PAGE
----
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Did smartphones wipe out boredom?

By Jean-Claude Elias - Dec 07,2017 - Last updated at Dec 07,2017

Smartphones have become the ultimate attached toy and have made it impossible to get bored.

Who does not pull out their smartphone to pass the time while waiting at the doctor, at the bank, for their kids at school, in an airport lounge to board a plane, at the car wash, and in countless situations where there would not be much to do without the magical device, the magical wand should I say?

Of course you could always read a book or a printed newspaper, or chat with the human being sitting or standing next to you, but this would not be half as much fun, would it? In the best case it would be so passé.

The habit has become so strong that even a few seconds waiting at the traffic light when driving are sometimes spent playing with the handset. Playing ranges from checking the weather (when it is plain to see it is not raining outside), taking a glance at your Facebook page, browsing the web for breaking news, checking Whatsapp threads or even — definitely not recommended — typing a text message.

By constantly teasing our mind, by permanently keeping us on high alert smartphones do not leave room for one of the most critical, most essential activities — or rather non-activity — of the human race: relaxing, doing nothing, daydreaming, or as the beautiful Italian idiom goes, the farniente.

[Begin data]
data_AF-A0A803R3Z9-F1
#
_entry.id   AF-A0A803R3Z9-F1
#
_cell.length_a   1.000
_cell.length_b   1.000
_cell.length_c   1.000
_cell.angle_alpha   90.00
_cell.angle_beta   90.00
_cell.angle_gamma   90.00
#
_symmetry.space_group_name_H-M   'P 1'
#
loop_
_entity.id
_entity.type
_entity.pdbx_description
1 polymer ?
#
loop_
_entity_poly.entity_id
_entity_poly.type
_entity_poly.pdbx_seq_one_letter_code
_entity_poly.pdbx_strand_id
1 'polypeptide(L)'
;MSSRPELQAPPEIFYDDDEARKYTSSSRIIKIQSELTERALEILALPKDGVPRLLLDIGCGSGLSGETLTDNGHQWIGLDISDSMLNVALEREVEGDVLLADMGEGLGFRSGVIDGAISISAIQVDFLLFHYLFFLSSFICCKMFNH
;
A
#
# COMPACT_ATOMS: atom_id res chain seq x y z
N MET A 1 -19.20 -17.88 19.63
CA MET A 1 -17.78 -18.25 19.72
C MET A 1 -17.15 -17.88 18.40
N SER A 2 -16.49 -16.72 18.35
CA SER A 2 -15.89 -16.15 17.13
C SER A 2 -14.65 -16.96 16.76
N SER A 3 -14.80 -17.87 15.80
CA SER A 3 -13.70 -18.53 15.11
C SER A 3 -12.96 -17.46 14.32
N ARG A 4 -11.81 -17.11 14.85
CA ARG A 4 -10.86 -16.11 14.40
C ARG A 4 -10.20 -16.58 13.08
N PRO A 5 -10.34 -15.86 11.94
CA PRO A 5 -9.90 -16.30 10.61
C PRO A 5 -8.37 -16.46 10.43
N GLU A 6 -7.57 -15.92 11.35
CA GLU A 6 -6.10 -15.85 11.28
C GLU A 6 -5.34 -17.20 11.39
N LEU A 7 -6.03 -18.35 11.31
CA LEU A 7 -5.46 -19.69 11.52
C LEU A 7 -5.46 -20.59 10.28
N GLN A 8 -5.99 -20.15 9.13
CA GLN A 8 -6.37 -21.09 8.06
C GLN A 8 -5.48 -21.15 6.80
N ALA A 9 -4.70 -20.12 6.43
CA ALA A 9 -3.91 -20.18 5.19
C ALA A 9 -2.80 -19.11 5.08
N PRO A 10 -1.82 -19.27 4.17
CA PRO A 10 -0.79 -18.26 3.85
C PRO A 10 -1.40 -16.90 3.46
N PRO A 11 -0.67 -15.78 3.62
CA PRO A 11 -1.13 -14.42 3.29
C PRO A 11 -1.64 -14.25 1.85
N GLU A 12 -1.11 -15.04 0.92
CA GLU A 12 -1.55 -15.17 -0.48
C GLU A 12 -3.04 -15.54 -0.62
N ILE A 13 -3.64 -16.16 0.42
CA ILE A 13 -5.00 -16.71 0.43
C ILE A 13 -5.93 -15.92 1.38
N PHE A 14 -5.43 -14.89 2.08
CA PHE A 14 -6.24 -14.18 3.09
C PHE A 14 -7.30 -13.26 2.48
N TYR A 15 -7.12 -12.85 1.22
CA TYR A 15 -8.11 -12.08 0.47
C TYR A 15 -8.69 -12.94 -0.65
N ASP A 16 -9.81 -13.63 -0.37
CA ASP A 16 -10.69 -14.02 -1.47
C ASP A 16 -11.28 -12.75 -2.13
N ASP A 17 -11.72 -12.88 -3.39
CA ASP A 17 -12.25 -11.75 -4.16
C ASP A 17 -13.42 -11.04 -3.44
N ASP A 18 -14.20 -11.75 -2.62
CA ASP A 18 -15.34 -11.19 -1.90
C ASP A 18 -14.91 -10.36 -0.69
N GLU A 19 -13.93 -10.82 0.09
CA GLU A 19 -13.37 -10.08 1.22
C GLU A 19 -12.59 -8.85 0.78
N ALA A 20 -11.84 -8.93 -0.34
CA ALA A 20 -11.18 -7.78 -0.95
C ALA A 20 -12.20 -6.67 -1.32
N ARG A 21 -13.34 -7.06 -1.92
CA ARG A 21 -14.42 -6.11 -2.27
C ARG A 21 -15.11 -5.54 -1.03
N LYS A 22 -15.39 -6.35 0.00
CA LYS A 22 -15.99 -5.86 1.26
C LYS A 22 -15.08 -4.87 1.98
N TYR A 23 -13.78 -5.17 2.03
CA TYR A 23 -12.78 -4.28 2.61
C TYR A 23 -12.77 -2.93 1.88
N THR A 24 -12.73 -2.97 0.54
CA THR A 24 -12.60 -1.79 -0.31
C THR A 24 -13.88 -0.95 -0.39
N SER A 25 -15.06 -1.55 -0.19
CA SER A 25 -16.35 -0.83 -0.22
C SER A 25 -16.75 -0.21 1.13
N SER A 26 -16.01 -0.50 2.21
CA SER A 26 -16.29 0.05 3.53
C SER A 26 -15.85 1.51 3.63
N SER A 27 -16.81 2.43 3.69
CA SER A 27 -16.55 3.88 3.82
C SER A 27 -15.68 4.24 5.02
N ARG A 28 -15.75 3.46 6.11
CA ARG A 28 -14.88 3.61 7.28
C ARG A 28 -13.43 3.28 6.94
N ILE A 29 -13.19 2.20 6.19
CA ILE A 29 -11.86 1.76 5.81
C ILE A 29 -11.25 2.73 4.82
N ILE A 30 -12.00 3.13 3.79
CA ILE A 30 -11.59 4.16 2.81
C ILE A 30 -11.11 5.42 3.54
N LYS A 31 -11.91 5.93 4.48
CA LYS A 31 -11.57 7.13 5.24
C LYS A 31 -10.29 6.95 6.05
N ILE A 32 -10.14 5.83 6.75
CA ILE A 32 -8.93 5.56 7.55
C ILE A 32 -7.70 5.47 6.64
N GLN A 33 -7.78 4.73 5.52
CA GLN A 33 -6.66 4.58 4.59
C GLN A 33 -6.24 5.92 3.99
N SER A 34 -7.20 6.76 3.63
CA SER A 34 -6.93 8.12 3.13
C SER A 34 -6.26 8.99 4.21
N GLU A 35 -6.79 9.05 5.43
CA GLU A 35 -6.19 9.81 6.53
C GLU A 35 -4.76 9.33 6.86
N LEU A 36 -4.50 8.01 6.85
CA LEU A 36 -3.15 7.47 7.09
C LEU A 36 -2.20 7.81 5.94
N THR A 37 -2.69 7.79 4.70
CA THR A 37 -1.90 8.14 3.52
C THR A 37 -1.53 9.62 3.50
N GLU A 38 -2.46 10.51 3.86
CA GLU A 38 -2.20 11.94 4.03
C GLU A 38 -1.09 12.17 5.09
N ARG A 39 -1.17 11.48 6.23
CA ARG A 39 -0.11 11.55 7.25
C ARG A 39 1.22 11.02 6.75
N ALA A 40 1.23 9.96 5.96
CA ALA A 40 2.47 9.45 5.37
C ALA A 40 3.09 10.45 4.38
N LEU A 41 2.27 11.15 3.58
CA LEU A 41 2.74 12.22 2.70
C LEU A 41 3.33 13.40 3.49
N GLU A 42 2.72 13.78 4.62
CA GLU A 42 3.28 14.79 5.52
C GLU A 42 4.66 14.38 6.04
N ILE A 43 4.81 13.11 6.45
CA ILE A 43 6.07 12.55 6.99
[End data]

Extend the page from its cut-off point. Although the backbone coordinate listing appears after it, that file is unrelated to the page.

The question is: “Is wiping out boredom completely a good thing?”

Even outdoor sport clubs and swimming pools make it a point to provide their members with a good WiFi coverage these days, so as never to leave anyone without a good 3G or 4G signal one single minute. No one should be surprised if Internet operators manage to give us WiFi signal coverage underwater one day, to allow us to enjoy our dear smartphones while doing swimming laps.

Besides, several high-end smartphones models already are certified as being completely waterproof and can sustain several minutes underwater. Why not then make the best of their capability?

The web and the social media are crowded with hilarious cartoons illustrating the concept: people looking at their phones everywhere, every second, with no respite at all. With smartphones it’s a “never a dull moment” guaranteed.

A while ago a cartoon was circulating on the web showing teenagers standing by the Mona Lisa painting at the Louvre museum in Paris, with all of them staring at their smartphone screen and no one looking at what is probably the world’s most famous painting. Someone who wanted to have a positive attitude commented “Don’t blame them, they are well read-kids, they actually must be Googling information about the painter’s life...!”

The addiction to smartphones is so widely spread now, so intense, so present among us that there must be thousands of academic social studies about the subject. However, being addicted to using them, to do work or to communicate when there is a real need to is one thing, and not being able to let go of them for a few minutes even if there is no specific need, just because we are waiting for something, is another.

 

On a recent visit to my physician I noticed that the usual pile of magazines on the waiting room table was gone. Just looking at what the patients waiting here with me were doing made me suddenly understand why.

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